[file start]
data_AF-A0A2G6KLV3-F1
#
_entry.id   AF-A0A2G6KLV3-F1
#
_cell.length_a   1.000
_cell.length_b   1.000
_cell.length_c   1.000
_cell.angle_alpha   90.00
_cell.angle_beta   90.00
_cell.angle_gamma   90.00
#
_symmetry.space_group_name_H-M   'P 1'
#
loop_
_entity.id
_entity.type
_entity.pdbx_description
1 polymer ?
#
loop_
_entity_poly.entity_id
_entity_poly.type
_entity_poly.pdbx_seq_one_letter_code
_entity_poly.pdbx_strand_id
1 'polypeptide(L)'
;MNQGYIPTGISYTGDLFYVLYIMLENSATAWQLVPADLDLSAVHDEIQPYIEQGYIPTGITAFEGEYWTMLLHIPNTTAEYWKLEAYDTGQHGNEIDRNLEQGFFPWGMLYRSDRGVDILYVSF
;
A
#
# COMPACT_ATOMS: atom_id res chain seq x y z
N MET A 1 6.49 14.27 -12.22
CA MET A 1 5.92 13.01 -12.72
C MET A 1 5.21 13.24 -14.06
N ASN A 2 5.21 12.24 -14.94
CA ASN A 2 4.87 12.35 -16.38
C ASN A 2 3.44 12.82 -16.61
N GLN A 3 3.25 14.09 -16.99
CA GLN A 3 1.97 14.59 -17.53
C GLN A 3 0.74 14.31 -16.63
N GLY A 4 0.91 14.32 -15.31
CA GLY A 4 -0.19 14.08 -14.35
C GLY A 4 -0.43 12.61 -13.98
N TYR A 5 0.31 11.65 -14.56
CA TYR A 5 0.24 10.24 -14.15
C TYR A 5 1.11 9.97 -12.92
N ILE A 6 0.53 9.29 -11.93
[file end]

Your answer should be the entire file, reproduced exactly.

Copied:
data_AF-A0A2G6KLV3-F1
#
_entry.id   AF-A0A2G6KLV3-F1
#
_cell.length_a   1.000
_cell.length_b   1.000
_cell.length_c   1.000
_cell.angle_alpha   90.00
_cell.angle_beta   90.00
_cell.angle_gamma   90.00
#
_symmetry.space_group_name_H-M   'P 1'
#
loop_
_entity.id
_entity.type
_entity.pdbx_description
1 polymer ?
#
loop_
_entity_poly.entity_id
_entity_poly.type
_entity_poly.pdbx_seq_one_letter_code
_entity_poly.pdbx_strand_id
1 'polypeptide(L)'
;MNQGYIPTGISYTGDLFYVLYIMLENSATAWQLVPADLDLSAVHDEIQPYIEQGYIPTGITAFEGEYWTMLLHIPNTTAEYWKLEAYDTGQHGNEIDRNLEQGFFPWGMLYRSDRGVDILYVSF
;
A
#
# COMPACT_ATOMS: atom_id res chain seq x y z
N MET A 1 6.49 14.27 -12.22
CA MET A 1 5.92 13.01 -12.72
C MET A 1 5.21 13.24 -14.06
N ASN A 2 5.21 12.24 -14.94
CA ASN A 2 4.87 12.35 -16.38
C ASN A 2 3.44 12.82 -16.61
N GLN A 3 3.25 14.09 -16.99
CA GLN A 3 1.97 14.59 -17.53
C GLN A 3 0.74 14.31 -16.63
N GLY A 4 0.91 14.32 -15.31
CA GLY A 4 -0.19 14.08 -14.35
C GLY A 4 -0.43 12.61 -13.98
N TYR A 5 0.31 11.65 -14.56
CA TYR A 5 0.24 10.24 -14.15
C TYR A 5 1.11 9.97 -12.92
N ILE A 6 0.53 9.29 -11.93